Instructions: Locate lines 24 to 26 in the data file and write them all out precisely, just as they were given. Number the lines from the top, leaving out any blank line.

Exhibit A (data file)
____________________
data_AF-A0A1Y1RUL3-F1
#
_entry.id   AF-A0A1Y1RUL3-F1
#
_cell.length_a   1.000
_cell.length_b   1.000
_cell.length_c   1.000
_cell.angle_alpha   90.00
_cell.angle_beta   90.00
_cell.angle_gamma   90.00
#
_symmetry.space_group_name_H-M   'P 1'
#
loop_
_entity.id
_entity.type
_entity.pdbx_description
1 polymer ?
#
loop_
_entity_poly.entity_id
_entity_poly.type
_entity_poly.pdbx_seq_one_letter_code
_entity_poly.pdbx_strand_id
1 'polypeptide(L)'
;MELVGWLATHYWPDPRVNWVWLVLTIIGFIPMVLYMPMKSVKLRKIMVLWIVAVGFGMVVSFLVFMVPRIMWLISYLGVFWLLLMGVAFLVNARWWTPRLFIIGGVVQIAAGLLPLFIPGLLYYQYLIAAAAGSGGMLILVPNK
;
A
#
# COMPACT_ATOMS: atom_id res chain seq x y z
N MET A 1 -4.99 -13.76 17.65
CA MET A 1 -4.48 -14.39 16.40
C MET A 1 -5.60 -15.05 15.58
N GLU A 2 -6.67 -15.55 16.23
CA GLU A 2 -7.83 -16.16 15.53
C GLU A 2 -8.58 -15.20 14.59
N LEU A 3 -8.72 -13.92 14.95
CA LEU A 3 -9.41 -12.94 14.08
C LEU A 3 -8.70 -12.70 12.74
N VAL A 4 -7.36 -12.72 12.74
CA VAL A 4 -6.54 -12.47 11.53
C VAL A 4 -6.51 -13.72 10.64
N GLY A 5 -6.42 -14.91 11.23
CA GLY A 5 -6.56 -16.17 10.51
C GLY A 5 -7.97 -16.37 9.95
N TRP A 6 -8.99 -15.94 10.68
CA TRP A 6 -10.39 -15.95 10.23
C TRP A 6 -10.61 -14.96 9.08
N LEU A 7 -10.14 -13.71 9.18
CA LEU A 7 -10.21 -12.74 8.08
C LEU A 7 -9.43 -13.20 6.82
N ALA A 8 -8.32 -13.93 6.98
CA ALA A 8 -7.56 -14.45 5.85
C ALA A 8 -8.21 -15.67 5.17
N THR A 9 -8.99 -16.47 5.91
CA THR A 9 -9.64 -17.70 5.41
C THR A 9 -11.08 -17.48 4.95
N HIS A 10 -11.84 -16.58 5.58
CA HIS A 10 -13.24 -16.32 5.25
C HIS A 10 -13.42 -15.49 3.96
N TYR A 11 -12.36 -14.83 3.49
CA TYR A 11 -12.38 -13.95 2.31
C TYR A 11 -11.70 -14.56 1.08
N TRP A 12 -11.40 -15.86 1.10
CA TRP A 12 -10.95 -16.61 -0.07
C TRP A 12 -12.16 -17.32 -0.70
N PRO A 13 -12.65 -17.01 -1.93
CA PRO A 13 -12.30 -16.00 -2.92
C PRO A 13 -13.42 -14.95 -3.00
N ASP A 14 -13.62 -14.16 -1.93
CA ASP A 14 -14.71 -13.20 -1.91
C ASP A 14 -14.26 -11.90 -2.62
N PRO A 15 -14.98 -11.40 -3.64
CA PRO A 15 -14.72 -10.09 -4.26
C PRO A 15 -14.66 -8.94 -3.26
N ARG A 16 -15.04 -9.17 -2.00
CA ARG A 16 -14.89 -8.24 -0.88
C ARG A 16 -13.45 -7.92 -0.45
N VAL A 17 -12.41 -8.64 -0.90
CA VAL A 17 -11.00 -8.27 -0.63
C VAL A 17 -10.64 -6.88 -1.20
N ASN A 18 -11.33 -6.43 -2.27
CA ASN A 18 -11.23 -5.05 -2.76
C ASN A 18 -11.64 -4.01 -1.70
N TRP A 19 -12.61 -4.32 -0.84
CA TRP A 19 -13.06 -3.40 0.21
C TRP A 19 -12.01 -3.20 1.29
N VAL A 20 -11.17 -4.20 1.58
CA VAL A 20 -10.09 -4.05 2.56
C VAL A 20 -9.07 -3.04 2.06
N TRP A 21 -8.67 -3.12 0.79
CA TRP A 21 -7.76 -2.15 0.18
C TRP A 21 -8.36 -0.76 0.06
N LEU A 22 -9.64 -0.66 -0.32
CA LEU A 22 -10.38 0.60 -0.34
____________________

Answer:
_entity_poly.pdbx_strand_id
1 'polypeptide(L)'
;MELVGWLATHYWPDPRVNWVWLVLTIIGFIPMVLYMPMKSVKLRKIMVLWIVAVGFGMVVSFLVFMVPRIMWLISYLGVFWLLLMGVAFLVNARWWTPRLFIIGGVVQIAAGLLPLFIPGLLYYQYLIAAAAGSGGMLILVPNK